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dc.contributor.authorWaszgis, Michaela
dc.contributor.authorLewis, Trisha
dc.contributor.authorTheisen-Toupal, Jesse
dc.contributor.authorSanders, Rachel
dc.contributor.authorMatlack, Angela
dc.contributor.authorHeck, Amber
dc.contributor.authorBuising, Charisse
dc.contributor.authorHenderson, LaRhee
dc.contributor.authorHopkins, James
dc.contributor.authorWall, Piper
dc.description.abstractAssessing internal bleeding from trauma is difficult. Non-invasive discriminationrs between the physiologic changes of exercise (or excitement) and injury could be useful, especially at locations with limited access to definitive medical care. In previous studies, we observed skin PCO2 parralleling or converging toward end-tidal PCO2 during exercise and diverging during blood loss. Since temperature affects skin blood flow, we investigated the effects of running at different temperatures on skin PCO2.en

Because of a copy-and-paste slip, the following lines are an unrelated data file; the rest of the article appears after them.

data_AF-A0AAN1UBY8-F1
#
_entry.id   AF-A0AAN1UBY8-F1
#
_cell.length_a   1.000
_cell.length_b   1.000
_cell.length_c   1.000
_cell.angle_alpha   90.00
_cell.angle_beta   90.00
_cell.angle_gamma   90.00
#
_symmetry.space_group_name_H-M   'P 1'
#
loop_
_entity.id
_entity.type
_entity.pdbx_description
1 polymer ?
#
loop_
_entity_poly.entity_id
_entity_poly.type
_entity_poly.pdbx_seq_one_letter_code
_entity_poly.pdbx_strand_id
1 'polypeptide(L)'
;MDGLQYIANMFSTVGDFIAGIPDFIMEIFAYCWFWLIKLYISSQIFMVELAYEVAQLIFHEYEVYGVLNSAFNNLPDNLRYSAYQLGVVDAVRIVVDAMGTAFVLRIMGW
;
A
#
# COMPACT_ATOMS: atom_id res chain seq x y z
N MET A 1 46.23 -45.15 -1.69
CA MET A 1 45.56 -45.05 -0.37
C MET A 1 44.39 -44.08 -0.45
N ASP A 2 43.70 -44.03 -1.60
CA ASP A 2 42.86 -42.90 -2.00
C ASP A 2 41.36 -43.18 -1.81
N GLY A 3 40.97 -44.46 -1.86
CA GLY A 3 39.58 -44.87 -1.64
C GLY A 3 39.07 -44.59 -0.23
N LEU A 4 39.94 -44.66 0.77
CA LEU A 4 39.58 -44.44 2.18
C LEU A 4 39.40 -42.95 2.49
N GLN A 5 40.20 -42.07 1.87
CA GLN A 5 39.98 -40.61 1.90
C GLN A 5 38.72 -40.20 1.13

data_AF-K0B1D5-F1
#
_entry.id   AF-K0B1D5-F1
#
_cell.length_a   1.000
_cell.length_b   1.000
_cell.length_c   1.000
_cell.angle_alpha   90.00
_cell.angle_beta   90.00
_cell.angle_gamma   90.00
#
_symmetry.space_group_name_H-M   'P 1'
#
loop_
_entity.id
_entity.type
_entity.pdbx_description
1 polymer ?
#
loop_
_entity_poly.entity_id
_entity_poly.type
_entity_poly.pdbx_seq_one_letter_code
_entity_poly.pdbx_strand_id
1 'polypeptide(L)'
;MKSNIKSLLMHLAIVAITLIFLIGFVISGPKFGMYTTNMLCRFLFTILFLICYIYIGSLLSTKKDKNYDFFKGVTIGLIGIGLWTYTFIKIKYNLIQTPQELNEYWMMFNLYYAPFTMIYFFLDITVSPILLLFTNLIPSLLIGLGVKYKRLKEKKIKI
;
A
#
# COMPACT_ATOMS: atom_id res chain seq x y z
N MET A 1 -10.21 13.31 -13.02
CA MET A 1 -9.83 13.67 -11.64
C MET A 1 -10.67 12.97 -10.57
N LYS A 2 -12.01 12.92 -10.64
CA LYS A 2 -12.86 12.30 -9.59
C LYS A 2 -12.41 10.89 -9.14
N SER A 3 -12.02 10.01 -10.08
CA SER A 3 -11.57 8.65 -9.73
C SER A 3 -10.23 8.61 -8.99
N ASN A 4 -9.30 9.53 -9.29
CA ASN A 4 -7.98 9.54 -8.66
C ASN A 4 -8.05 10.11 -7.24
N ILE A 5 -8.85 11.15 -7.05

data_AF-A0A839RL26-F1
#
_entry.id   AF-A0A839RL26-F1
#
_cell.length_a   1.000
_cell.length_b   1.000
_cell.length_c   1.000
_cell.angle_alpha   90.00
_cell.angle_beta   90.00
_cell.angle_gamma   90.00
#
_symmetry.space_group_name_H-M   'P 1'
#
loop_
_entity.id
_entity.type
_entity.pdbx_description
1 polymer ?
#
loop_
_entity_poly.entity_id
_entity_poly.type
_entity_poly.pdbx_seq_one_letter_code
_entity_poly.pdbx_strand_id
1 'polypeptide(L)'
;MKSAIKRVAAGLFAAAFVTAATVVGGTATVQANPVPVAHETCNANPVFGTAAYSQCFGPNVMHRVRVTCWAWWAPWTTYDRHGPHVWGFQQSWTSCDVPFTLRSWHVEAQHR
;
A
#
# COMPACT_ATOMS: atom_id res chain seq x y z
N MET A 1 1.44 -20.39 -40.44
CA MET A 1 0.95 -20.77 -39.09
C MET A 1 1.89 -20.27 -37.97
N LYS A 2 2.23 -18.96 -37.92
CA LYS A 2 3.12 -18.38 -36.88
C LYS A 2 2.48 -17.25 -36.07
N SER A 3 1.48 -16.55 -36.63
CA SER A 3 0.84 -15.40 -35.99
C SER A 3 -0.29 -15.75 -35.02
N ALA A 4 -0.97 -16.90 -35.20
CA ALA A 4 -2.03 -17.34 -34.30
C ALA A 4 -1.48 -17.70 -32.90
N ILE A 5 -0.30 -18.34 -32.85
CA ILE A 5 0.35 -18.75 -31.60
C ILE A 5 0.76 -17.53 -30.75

dc.description.sponsorshipDrake University, College of Arts and Sciences, Department of Biochemistry, Cell and Molecular Biology.en
dc.format.extent1001251 bytes
dc.relation.ispartofseriesDUCURS 2005;3
dc.subjectHeat--Physiological effect.en
dc.subjectBody temperature.en
dc.subjectStress (Physiology)en
dc.title"Sweat may impair skin carbon dioxide (PCO2) dependent discrimination in trauma patients"en

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    Poster sessions and presentation from the Drake University Conference on Undergraduate Research in the Sciences held each April at Olmsted Center on the Drake campus.

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